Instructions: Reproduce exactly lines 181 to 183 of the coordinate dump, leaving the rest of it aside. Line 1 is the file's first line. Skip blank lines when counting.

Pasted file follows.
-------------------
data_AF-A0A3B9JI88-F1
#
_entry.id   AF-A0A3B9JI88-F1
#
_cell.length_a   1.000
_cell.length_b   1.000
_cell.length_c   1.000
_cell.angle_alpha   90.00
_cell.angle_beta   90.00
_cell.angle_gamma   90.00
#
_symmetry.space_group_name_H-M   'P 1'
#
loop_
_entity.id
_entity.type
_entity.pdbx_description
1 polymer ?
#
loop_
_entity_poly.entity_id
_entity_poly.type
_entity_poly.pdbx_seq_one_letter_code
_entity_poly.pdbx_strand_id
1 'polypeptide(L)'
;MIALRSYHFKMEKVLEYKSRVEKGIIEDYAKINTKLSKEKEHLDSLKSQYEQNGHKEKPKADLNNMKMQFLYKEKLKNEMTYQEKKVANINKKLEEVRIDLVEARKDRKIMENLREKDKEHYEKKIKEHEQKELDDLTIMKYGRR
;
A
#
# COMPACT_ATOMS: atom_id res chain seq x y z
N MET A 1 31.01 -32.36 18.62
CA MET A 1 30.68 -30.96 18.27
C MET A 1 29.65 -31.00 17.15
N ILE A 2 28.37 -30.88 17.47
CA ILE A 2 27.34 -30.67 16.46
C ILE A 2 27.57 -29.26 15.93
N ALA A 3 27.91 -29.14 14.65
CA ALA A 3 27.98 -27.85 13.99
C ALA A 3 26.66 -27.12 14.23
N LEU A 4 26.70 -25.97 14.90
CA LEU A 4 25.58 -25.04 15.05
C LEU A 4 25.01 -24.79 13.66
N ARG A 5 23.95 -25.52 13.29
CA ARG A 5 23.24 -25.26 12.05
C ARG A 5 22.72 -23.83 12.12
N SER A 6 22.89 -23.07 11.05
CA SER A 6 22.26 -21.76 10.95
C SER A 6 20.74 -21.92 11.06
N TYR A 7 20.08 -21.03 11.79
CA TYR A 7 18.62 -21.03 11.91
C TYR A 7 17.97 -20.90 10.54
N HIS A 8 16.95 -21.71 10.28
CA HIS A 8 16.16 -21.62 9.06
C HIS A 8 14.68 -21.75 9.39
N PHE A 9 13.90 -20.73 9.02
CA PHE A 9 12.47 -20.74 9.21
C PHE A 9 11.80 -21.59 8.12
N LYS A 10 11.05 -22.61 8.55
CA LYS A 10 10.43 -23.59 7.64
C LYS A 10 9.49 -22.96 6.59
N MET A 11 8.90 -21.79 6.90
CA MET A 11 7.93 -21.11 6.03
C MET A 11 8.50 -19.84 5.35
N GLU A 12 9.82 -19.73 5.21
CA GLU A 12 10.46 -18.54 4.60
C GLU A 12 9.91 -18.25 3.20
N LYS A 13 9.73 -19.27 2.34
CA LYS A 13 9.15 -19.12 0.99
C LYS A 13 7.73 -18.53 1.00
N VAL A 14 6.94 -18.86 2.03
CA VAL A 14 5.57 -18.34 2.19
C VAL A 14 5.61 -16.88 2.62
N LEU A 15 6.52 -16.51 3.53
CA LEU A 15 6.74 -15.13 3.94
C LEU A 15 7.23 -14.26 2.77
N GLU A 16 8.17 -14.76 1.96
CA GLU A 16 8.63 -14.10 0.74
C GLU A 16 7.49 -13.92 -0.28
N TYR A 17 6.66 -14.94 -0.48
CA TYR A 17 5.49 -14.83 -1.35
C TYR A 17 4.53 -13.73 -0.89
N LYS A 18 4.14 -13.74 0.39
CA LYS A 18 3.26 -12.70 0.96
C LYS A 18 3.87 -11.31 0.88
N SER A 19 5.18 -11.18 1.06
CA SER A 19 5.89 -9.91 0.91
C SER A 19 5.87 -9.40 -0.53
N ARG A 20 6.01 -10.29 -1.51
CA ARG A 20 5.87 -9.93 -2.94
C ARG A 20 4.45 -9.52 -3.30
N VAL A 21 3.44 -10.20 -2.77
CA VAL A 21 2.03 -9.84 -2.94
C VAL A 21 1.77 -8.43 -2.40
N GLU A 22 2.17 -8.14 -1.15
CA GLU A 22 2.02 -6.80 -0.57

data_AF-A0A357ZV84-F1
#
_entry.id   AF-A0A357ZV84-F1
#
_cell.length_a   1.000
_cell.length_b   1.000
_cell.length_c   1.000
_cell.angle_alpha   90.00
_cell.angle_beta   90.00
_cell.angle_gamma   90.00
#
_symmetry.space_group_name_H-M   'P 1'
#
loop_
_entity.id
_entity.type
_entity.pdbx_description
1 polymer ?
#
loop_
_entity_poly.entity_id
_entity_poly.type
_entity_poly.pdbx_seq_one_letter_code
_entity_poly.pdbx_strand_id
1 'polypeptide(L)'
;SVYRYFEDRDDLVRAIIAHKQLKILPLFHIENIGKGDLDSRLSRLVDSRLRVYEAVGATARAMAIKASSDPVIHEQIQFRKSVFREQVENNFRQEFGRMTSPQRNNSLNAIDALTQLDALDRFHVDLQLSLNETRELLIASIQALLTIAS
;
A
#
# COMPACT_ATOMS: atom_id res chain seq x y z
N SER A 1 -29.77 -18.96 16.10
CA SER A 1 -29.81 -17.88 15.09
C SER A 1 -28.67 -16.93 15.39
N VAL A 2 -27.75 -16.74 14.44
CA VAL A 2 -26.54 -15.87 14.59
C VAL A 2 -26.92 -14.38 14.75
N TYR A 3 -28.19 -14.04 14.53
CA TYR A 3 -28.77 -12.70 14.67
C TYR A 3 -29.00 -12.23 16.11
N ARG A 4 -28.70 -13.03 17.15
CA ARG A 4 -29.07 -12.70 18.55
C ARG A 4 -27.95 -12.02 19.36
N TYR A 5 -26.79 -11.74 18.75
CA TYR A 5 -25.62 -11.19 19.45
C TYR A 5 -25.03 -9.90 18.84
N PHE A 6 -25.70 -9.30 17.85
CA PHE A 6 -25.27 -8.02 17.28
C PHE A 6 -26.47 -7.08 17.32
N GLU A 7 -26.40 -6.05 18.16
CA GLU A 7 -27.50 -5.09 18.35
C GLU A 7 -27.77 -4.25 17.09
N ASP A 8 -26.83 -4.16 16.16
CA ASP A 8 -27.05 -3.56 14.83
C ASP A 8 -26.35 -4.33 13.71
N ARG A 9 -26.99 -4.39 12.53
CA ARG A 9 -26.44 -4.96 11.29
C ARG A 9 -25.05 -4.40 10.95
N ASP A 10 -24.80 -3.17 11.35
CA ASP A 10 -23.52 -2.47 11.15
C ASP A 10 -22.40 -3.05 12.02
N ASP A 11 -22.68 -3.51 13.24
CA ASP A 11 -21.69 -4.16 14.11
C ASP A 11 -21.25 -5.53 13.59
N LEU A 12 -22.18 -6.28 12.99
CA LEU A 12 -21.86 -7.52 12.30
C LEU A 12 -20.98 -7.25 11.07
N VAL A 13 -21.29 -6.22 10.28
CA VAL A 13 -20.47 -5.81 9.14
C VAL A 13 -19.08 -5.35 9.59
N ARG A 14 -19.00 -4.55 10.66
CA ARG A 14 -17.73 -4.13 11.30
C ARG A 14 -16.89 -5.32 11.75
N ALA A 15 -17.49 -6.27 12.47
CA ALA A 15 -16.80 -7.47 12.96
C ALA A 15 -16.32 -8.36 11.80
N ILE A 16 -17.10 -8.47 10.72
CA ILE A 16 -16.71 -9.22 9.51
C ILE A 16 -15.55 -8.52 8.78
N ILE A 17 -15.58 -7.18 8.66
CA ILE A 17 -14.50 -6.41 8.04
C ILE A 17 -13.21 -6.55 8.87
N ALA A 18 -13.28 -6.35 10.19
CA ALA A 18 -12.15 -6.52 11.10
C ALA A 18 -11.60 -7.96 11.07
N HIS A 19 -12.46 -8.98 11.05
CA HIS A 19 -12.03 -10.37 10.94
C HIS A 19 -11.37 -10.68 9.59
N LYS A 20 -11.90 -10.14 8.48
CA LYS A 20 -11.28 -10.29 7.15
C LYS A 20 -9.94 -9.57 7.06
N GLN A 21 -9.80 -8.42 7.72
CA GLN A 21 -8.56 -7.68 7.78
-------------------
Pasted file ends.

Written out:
CA HIS A 19 -12.03 -10.37 10.94
C HIS A 19 -11.37 -10.68 9.59
N LYS A 20 -11.90 -10.14 8.48